The Great Code: The Bible and Literature
by Northrop Frye
Harvest Books, 2002 (original printing, 1981)
288 pages (hardcover)
Studying the genius of Northrop Frye’s work is its own industry. The now deceased professor (1912-1991) from Victoria College has influenced generations of scholars and The Great Code: The Bible and Literature demonstrates why this giant figure commands so much attention. If humans are pattern seeking beings, as cognitive science tells us, Frye’s mind is definitely a prime specimen.
The Great Code is a tight, literary-critical look at the Bible. The long history of biblical interpretation saw a massive turn with the rise of higher critical methods over a century ago. Source critics, for example, approached biblical interpretation like an archeologist finding a vase submerged in the earth’s layers. Exhuming the original materials used by editors was a key to understanding the text. Literary criticism, or narrative criticism as it is known in the world of biblical interpretation, looked for meaning in the final form. Checks and balances could be put on the source critic’s understanding of the biblical text by whether it comported with the internal coherence of the final product. There is little concern with the ultimate source material or form criticism’s Sitz im Leben. The Bible is not a book waiting to be dissected into units, rather, as Frye would see it, it is a finished product and centripetal.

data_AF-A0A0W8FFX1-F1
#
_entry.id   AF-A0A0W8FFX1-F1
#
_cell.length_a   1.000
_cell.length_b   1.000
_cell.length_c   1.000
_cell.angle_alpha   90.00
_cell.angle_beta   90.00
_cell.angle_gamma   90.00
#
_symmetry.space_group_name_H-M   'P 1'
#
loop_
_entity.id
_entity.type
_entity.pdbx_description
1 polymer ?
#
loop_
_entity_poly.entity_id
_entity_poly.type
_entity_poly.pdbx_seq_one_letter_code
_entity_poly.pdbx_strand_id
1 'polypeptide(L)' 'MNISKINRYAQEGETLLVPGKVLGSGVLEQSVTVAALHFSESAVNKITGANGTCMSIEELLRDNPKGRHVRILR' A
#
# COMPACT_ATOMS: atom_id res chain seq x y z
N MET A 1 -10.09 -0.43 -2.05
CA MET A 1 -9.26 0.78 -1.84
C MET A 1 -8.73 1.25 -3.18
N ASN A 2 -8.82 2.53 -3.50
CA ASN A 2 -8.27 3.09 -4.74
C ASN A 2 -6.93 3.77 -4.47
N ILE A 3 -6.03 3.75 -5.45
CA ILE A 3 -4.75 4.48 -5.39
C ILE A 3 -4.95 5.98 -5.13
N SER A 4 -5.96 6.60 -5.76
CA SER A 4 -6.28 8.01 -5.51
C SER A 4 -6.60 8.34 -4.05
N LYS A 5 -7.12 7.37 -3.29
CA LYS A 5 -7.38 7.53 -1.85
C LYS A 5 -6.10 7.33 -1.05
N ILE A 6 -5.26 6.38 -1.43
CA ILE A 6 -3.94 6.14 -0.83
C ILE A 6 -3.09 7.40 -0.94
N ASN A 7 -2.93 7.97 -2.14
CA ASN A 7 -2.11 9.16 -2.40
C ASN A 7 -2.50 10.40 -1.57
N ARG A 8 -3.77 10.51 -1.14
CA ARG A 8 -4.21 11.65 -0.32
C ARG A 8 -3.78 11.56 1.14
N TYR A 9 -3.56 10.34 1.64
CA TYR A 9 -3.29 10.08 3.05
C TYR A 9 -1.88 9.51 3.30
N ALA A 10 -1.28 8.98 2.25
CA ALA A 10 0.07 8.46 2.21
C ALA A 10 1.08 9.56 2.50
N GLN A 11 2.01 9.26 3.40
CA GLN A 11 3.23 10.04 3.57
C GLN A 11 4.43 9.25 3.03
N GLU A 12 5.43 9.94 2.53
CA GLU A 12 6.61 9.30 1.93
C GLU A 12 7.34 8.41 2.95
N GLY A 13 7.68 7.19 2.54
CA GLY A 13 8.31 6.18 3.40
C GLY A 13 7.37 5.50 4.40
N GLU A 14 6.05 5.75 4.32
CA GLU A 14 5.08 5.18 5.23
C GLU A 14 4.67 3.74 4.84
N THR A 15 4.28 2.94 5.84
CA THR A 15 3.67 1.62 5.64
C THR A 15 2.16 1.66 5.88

Frye’s examination of the Bible’s inner, literary logic and its connection to Western literature and culture makes this volume a fascinating read. As Frye reads it, the Bible is a narrative unity from Genesis to Revelation. Frye’s approach gives the Bible a plot and meaning that is internal, and so theoretically not reliant on the historical background. He readily admits that his volume is not a work of “Biblical scholarship, much less of theology,” and that, treating the Bible as a “kind of anthology of ancient Near Eastern literature” seemed to violate his “instincts as a critic.”
Frye also acknowledges that the Bible is more like a “small library than a real book,” but it has “influenced Western imagination as a unity” and this demands treating it as such. What allows the Bible to be taken as a unity?